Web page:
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The Next 10 Years In Manufacturing, From Net Zero To Tech

The next 10 years in manufacturing, from net zero to tech

The next 10 years in manufacturing, from net zero to tech

Net zero in manufacturing Chris Clowes, Consultant at SCALA, discusses net zero, new technologies, geopolitical tensions, the supply chain & the future of global manufacturing Some of the topics discussed by supply chain leaders a decade ago seem worlds away from current issues facing the manufacturing industry. At SCALA’s annual debate 10 years ago, the focus was on consumers; pleasing customers was going to be the biggest concern for businesses going forward. Some attendees also debated the role of technology in the future of the industry, while others saw ‘soft skills’ such as collaboration as key to future operations. In part, some of these predictions have come true; while consumer demands have undoubtedly changed, they continue to drive supply, and collaboration has become vital to global supply chain synergy. However, what could never have been predicted was the global disruption that lay ahead for manufacturers, from the implications of the pandemic and Brexit to the Suez Canal crisis, increased global trade tariffs, and a looming recession. Following this, discussions in 2023 largely revolve around resilience. Operational disturbances have now become commonplace amongst manufacturers, meaning flexibility is now business critical. We’ve examined the current topics on the minds of manufacturing and supply chain leaders and how they are likely to tackle these issues in the next 10 years. Chris Clowes, Senior Consultant at SCALA Chris Clowes , Senior Consultant at SCALA Ongoing geo-political disruption to manufacturing The ongoing disruption in Ukraine, tensions surrounding China and international trade sanctions are making manufacturing operations increasingly expensive and unpredictable. With this in mind, manufacturers are constantly evaluating the location of their key resources to ensure that the supply chain is adaptable to change in the long-term. Traditionally, to cope with instability, many businesses have considered offshoring to reduce manufacturing costs and access cheaper, skilled labour. However, the pandemic accelerated a demand for nearshoring and reshoring manufacturing, with most organisations at the mercy of the fractured global trade market. The Kearney Annual Reshoring Index has recently shown that up to 96% of CEOs in the sector are committed to reshoring as a supply chain resilience strategy. This is in an effort to save costs, while reducing the dependency on global market stability. It seems highly likely that this trend is going to continue for manufacturers across the globe in the coming years. Business leaders need to mitigate the risk of any further disturbances and ensure that the entire supply chain is prepared for long-term instability. Reaching net-zero in manufacturing Across all industries, businesses have a big responsibility and role to play in helping to reach net zero. Unfortunately, introducing effective sustainability initiatives can often fall to the wayside for businesses, with cost savings being the main driver of operations. Concerningly, our research revealed that a third (32%) of UK businesses within manufacturing, retail and 3PL have no measures in place to monitor the total environmental impact of their operations. In addition, nearly two-thirds (64%) reported having no plans in place to take any action to reduce the impact of their operations. Despite the relatively low take-up, we believe that the majority of businesses are committed to making positive changes for the environment, but economic pressures are proving to be the main barrier. With increased global trade tariffs and the rising cost of raw materials, energy and labour, the main priority for most businesses is managing finances. However, prioritising positive change and introducing more sustainable business practices is becoming urgent, with the goal of reaching net zero by 2050 slipping away for many UK manufacturers. The problem many companies have when it comes to addressing the sustainability of their business is getting started. Mapping the business, measuring its emissions and identifying the specific areas of the organisation where environmental action can be prioritised is a great place to start. Without having a holistic view of the business, leaders can’t implement impactful changes. Additionally, within manufacturing a key focus of recent years has been making processes more circular. There are now consumer demands for more sustainable retail with over two-thirds of consumers worldwide purchasing a refurbished or recycled electronic item in the past. Therefore, manufacturers are expected to produce more durable, easier to repair, and easier to recycle products. To facilitate this, manufacturers should take steps such as choosing widely recyclable or compostable materials, clearly labelling products with recycling information and standardising components to make repairs easier. Investment in technology We recently surveyed businesses within the manufacturing, retail and 3PL industries and found that two fifths […]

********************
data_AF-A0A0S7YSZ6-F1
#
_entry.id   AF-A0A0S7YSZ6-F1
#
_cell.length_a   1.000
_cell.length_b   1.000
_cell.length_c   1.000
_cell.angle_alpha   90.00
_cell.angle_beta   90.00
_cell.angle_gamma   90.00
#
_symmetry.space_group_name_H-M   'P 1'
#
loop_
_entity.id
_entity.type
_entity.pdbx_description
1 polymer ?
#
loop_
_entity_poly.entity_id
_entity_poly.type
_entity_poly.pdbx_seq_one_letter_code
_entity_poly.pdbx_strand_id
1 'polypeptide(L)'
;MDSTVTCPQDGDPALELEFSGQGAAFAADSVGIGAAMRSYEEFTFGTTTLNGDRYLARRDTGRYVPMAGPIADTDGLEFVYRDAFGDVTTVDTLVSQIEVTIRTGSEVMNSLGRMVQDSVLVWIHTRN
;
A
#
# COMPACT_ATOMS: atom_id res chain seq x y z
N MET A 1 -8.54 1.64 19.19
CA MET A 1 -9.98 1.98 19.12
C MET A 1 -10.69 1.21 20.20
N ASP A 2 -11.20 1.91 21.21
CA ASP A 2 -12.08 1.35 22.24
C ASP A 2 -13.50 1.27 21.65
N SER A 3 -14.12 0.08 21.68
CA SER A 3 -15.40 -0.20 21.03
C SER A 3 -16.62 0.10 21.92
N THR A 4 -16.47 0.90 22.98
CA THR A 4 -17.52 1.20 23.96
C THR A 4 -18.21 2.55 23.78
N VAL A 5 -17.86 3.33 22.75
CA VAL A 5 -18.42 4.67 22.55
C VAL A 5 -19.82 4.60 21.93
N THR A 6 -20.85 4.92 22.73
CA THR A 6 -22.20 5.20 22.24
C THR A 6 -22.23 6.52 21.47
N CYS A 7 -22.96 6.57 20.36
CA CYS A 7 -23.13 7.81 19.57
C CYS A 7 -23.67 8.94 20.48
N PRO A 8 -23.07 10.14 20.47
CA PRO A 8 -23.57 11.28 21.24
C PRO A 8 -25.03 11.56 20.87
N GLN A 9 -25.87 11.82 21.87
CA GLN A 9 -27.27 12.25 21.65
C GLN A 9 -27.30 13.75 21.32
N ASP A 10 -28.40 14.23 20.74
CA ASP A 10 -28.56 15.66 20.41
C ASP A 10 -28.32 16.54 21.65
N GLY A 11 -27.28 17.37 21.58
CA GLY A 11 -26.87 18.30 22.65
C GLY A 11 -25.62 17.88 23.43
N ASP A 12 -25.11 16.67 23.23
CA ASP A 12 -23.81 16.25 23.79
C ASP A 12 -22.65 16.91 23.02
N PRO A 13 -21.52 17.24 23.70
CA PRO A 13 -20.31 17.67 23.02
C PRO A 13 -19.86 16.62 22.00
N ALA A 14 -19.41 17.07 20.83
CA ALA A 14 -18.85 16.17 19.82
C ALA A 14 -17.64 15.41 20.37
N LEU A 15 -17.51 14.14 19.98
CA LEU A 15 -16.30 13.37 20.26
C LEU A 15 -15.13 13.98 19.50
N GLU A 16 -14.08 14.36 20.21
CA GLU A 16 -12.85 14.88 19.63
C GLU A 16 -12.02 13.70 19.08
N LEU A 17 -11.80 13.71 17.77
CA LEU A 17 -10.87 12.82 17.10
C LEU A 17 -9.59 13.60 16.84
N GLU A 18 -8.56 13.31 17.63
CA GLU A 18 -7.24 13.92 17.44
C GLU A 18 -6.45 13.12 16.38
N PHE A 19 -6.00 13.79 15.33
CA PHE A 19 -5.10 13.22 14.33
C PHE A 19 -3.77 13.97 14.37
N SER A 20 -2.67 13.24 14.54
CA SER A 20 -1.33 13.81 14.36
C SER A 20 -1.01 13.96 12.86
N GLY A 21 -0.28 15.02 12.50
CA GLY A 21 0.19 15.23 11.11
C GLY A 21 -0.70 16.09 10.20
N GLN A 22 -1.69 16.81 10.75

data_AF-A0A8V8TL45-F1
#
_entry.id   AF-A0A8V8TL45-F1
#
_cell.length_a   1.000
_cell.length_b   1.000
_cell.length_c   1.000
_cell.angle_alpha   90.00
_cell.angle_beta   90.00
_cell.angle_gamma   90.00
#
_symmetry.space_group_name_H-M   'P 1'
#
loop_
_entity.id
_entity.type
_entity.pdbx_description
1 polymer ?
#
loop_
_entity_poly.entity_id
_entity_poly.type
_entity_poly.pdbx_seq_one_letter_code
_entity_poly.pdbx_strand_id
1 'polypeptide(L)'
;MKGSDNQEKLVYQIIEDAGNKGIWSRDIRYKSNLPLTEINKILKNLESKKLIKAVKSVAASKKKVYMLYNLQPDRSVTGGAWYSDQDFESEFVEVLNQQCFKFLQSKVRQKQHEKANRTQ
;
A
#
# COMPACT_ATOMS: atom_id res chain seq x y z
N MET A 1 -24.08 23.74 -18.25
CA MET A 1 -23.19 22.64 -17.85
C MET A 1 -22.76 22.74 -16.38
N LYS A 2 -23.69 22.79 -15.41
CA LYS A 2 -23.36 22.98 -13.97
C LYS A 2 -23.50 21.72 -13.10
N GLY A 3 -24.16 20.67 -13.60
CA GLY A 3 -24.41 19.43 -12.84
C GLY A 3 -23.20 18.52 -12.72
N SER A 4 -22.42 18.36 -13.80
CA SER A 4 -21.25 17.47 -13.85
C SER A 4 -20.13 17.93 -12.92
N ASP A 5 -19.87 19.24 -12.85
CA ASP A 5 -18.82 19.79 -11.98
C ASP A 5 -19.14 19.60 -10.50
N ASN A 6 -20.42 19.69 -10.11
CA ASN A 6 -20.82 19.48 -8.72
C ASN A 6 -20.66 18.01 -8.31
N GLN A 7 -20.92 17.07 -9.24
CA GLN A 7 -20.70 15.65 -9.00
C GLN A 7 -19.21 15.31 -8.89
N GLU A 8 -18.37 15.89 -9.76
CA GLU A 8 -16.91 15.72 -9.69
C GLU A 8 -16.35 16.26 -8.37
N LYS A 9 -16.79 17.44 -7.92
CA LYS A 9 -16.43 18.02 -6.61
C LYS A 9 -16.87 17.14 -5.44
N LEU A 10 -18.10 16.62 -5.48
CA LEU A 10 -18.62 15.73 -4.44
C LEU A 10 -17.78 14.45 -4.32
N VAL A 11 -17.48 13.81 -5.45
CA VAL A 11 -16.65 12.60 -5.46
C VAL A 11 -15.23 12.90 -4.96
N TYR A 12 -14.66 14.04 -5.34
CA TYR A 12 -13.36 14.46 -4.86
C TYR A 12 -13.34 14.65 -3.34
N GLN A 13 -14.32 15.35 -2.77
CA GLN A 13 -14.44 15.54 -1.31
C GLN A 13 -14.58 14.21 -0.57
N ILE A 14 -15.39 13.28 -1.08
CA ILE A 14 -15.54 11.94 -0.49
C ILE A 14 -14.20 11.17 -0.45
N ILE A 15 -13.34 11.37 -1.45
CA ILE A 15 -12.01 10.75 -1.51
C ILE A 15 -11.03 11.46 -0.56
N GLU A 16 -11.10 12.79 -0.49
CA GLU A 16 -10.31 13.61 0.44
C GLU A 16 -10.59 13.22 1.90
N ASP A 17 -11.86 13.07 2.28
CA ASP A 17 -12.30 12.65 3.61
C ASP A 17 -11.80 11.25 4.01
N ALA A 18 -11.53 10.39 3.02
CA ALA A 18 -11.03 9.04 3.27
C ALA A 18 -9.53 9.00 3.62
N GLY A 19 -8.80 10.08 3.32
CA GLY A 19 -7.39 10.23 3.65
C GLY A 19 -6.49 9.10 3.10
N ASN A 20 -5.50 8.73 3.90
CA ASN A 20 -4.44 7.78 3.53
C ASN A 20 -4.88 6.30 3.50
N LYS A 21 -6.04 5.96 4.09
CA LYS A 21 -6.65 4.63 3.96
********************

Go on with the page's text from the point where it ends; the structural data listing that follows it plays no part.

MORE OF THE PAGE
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Daisie Hobson

Daisie Hobson is a Director at the Reshoring Institute and an engineer with many years of experience in manufacturing and project management.

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